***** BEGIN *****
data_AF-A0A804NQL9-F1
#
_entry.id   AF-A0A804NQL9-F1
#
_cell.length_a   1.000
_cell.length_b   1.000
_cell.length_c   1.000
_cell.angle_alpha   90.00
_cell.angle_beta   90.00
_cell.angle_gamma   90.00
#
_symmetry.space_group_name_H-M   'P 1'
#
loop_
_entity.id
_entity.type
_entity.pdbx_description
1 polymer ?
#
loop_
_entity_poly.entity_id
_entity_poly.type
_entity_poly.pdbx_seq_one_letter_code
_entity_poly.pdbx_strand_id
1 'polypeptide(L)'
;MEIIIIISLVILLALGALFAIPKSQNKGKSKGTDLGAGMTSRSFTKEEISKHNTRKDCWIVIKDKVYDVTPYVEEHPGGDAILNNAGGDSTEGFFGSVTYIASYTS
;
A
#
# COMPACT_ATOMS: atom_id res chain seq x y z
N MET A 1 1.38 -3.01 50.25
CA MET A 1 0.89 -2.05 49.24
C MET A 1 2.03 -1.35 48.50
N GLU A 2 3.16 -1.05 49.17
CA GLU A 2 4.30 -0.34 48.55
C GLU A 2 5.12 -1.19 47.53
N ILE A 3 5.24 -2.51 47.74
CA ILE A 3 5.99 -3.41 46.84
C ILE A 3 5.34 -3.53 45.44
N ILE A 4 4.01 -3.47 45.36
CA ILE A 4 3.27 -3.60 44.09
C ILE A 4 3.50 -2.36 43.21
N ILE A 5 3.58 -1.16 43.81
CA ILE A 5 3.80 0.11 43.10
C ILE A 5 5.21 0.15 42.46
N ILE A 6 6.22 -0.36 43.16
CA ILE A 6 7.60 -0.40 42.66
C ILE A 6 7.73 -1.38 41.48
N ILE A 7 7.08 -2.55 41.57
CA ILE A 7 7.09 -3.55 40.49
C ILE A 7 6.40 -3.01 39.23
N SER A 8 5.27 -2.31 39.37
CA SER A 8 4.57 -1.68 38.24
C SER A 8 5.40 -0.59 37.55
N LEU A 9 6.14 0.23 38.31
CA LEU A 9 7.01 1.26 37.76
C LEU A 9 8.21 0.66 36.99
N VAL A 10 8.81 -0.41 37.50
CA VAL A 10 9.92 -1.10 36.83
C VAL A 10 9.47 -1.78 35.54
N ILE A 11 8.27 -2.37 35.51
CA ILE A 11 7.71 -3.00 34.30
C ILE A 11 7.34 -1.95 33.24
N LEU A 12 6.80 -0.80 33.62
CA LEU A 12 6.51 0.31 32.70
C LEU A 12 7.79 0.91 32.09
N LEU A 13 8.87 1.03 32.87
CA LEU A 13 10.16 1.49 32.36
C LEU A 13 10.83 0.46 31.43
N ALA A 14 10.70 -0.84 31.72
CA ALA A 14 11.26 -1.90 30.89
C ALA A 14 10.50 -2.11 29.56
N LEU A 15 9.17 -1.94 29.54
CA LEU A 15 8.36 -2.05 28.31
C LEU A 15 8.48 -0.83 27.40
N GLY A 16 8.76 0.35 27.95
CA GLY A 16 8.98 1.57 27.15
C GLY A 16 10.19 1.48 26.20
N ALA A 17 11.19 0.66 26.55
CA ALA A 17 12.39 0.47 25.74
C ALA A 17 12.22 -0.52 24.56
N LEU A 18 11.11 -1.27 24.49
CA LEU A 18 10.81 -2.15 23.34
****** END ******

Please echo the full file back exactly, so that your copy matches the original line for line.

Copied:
data_AF-A0A804NQL9-F1
#
_entry.id   AF-A0A804NQL9-F1
#
_cell.length_a   1.000
_cell.length_b   1.000
_cell.length_c   1.000
_cell.angle_alpha   90.00
_cell.angle_beta   90.00
_cell.angle_gamma   90.00
#
_symmetry.space_group_name_H-M   'P 1'
#
loop_
_entity.id
_entity.type
_entity.pdbx_description
1 polymer ?
#
loop_
_entity_poly.entity_id
_entity_poly.type
_entity_poly.pdbx_seq_one_letter_code
_entity_poly.pdbx_strand_id
1 'polypeptide(L)'
;MEIIIIISLVILLALGALFAIPKSQNKGKSKGTDLGAGMTSRSFTKEEISKHNTRKDCWIVIKDKVYDVTPYVEEHPGGDAILNNAGGDSTEGFFGSVTYIASYTS
;
A
#
# COMPACT_ATOMS: atom_id res chain seq x y z
N MET A 1 1.38 -3.01 50.25
CA MET A 1 0.89 -2.05 49.24
C MET A 1 2.03 -1.35 48.50
N GLU A 2 3.16 -1.05 49.17
CA GLU A 2 4.30 -0.34 48.55
C GLU A 2 5.12 -1.19 47.53
N ILE A 3 5.24 -2.51 47.74
CA ILE A 3 5.99 -3.41 46.84
C ILE A 3 5.34 -3.53 45.44
N ILE A 4 4.01 -3.47 45.36
CA ILE A 4 3.27 -3.60 44.09
C ILE A 4 3.50 -2.36 43.21
N ILE A 5 3.58 -1.16 43.81
CA ILE A 5 3.80 0.11 43.10
C ILE A 5 5.21 0.15 42.46
N ILE A 6 6.22 -0.36 43.16
CA ILE A 6 7.60 -0.40 42.66
C ILE A 6 7.73 -1.38 41.48
N ILE A 7 7.08 -2.55 41.57
CA ILE A 7 7.09 -3.55 40.49
C ILE A 7 6.40 -3.01 39.23
N SER A 8 5.27 -2.31 39.37
CA SER A 8 4.57 -1.68 38.24
C SER A 8 5.40 -0.59 37.55
N LEU A 9 6.14 0.23 38.31
CA LEU A 9 7.01 1.26 37.76
C LEU A 9 8.21 0.66 36.99
N VAL A 10 8.81 -0.41 37.50
CA VAL A 10 9.92 -1.10 36.83
C VAL A 10 9.47 -1.78 35.54
N ILE A 11 8.27 -2.37 35.51
CA ILE A 11 7.71 -3.00 34.30
C ILE A 11 7.34 -1.95 33.24
N LEU A 12 6.80 -0.80 33.62
CA LEU A 12 6.51 0.31 32.70
C LEU A 12 7.79 0.91 32.09
N LEU A 13 8.87 1.03 32.87
CA LEU A 13 10.16 1.49 32.36
C LEU A 13 10.83 0.46 31.43
N ALA A 14 10.70 -0.84 31.72
CA ALA A 14 11.26 -1.90 30.89
C ALA A 14 10.50 -2.11 29.56
N LEU A 15 9.17 -1.94 29.54
CA LEU A 15 8.36 -2.05 28.31
C LEU A 15 8.48 -0.83 27.40
N GLY A 16 8.76 0.35 27.95
CA GLY A 16 8.98 1.57 27.15
C GLY A 16 10.19 1.48 26.20
N ALA A 17 11.19 0.66 26.55
CA ALA A 17 12.39 0.47 25.74
C ALA A 17 12.22 -0.52 24.56
N LEU A 18 11.11 -1.27 24.49
CA LEU A 18 10.81 -2.15 23.34